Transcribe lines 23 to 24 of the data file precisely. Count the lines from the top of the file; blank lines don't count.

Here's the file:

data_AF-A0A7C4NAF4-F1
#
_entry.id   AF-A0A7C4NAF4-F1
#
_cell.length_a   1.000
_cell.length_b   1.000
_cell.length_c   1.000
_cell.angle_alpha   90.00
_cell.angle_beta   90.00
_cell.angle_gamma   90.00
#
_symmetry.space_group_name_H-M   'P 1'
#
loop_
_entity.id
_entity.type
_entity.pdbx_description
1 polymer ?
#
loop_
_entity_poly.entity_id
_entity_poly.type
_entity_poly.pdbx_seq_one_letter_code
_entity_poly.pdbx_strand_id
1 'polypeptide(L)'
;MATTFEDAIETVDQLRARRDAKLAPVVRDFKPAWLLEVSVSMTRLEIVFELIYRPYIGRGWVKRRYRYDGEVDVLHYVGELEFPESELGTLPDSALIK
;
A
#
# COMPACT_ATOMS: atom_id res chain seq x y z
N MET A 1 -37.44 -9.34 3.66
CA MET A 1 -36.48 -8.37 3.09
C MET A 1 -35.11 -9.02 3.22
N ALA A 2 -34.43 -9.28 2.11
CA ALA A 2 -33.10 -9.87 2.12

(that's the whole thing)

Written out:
_entity_poly.pdbx_seq_one_letter_code
_entity_poly.pdbx_strand_id